Hunter, Billie and Deery, Ruth (2005) Building our knowledge about emotion work in midwifery: combining and comparing findings from two different research studies. Evidence based midwifery, 3 (1). pp. 10-15. ISSN 1479-4489

Aim. To demonstrate the value of combining and comparing research findings from two UK studies where there was evidence of emotion work in midwifery.

Approach. A critical review of two major studies, one using ethnography and the other action research.

Sample characteristics of studies selected. The ethnography study used a purposive sample of student and qualified midwives (n=56) and the action research study used a case study sample of community midwives (n=8). Data were analysed using variations on thematic analysis.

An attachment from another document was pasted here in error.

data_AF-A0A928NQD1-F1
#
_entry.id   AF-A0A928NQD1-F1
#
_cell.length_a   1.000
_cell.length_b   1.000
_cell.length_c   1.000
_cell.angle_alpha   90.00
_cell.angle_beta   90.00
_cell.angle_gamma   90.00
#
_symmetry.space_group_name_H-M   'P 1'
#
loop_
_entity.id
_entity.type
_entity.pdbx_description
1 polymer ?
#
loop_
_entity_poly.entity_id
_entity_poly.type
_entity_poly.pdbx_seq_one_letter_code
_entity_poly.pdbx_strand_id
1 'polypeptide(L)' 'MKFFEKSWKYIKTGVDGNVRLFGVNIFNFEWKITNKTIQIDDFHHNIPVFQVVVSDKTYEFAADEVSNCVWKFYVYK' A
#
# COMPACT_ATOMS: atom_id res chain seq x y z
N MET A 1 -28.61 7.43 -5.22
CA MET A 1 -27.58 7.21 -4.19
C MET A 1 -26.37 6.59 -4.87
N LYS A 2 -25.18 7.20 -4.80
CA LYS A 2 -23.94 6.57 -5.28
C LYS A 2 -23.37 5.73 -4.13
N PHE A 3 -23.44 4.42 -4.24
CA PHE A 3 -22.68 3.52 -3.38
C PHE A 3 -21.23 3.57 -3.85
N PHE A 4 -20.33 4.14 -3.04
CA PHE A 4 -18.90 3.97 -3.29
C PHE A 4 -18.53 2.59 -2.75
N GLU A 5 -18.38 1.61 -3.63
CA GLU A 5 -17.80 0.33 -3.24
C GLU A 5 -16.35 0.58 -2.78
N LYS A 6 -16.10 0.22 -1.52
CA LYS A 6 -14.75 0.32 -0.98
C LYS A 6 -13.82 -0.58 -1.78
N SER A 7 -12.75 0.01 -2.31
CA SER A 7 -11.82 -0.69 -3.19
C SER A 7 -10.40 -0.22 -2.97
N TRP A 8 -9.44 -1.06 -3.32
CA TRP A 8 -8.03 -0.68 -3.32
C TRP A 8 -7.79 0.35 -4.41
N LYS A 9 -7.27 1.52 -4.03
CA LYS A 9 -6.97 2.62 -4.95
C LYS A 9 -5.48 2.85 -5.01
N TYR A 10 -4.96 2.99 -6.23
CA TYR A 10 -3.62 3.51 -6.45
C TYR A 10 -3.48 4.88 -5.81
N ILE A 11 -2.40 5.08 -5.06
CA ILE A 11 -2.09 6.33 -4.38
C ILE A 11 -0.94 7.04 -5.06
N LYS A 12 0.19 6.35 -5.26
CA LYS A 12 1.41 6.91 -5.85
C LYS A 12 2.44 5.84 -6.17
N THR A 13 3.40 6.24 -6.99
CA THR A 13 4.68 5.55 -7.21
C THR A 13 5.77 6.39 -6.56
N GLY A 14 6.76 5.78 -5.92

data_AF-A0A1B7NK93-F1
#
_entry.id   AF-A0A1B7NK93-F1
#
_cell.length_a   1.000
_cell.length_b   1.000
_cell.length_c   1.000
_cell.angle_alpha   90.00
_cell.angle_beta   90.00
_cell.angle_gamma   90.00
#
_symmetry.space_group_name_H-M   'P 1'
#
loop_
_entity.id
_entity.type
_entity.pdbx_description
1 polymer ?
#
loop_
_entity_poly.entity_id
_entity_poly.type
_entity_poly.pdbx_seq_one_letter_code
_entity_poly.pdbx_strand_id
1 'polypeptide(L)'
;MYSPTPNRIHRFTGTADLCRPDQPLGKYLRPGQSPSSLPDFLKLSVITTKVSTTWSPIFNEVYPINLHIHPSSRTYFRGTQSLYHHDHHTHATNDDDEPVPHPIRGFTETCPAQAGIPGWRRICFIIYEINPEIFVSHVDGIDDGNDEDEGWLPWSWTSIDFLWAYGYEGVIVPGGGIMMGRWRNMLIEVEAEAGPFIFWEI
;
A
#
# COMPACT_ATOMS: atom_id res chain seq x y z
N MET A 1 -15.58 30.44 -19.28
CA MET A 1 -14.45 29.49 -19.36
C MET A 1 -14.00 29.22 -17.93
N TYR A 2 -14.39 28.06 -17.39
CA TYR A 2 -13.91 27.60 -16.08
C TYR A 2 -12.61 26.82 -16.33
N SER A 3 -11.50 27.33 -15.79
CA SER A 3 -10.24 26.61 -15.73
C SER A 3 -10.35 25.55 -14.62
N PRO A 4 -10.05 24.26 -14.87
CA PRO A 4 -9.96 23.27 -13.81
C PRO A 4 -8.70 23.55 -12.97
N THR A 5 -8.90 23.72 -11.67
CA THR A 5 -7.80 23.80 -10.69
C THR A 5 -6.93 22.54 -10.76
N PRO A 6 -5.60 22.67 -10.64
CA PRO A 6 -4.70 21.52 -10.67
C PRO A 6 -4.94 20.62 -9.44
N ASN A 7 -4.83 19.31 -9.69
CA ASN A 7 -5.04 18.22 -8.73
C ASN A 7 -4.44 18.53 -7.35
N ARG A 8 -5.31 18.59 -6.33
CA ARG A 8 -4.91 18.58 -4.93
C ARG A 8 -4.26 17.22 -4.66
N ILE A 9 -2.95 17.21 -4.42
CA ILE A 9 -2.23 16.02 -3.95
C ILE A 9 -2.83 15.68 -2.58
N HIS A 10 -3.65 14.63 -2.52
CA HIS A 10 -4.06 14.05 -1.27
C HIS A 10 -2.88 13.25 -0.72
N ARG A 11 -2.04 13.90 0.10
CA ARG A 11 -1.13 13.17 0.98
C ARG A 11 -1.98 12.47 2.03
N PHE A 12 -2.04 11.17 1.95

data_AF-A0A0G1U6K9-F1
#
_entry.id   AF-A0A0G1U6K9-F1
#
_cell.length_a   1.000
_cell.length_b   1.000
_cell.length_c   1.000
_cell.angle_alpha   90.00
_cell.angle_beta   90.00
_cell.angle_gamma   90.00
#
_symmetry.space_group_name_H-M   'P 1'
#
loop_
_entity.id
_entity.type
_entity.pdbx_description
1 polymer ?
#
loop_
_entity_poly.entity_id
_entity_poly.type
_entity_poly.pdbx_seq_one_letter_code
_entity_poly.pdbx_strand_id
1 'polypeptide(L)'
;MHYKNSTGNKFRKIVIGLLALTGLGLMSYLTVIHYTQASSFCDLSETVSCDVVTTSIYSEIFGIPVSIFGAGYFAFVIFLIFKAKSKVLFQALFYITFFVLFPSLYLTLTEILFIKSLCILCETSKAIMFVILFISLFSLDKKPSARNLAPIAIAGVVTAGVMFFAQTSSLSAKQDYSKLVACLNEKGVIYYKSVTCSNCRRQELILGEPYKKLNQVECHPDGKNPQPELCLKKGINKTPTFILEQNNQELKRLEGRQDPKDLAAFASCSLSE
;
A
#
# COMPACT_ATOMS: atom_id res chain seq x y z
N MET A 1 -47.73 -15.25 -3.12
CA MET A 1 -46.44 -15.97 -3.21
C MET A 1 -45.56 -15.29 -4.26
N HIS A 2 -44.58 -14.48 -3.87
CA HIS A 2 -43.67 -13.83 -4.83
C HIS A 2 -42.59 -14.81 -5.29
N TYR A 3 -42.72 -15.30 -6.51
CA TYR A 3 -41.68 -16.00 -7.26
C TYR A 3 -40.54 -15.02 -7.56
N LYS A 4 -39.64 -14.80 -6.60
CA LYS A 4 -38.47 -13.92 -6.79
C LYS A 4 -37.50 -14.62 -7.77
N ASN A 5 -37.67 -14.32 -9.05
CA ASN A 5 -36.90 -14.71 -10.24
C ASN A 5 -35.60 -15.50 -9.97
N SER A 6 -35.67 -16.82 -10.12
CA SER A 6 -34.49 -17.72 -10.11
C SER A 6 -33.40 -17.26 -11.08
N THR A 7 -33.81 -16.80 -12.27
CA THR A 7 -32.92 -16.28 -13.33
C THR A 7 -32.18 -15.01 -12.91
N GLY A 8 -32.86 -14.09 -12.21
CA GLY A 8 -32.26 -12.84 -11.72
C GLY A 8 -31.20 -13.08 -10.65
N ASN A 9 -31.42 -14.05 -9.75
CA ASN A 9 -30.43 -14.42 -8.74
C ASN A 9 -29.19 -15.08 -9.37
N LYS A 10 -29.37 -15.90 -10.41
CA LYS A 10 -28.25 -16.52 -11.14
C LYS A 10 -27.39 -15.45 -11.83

Findings. Common themes relating to strategies for emotion management were identified. Midwifery was commonly experienced as highly emotional work, but this aspect of work was often unacknowledged and undervalued. Both studies identified relationships with midwifery colleagues and dealing with organisational demands as key sources of emotion work. Emotion management was governed by 'feeling rules' and midwives worked at 'impression management' in order to maintain a professional façade. Differences between the findings of the two studies relate to the midwives' experience of 'doing' emotion work. In one study this was a potentially positive experience for some midwives, in the other, emotion work was an overwhelmingly negative experience for most of the midwives. This divergence is attributed to variations in the context in which the participants worked. Combining and comparing studies adds to the credibility of each research study, drawing together what is known and what needs to be explored further. Implications for practice include the need to focus on common goals rather than differences, and to make use of models of support, such as clinical supervision, to foster the development of 'emotionally intelligent' midwives.

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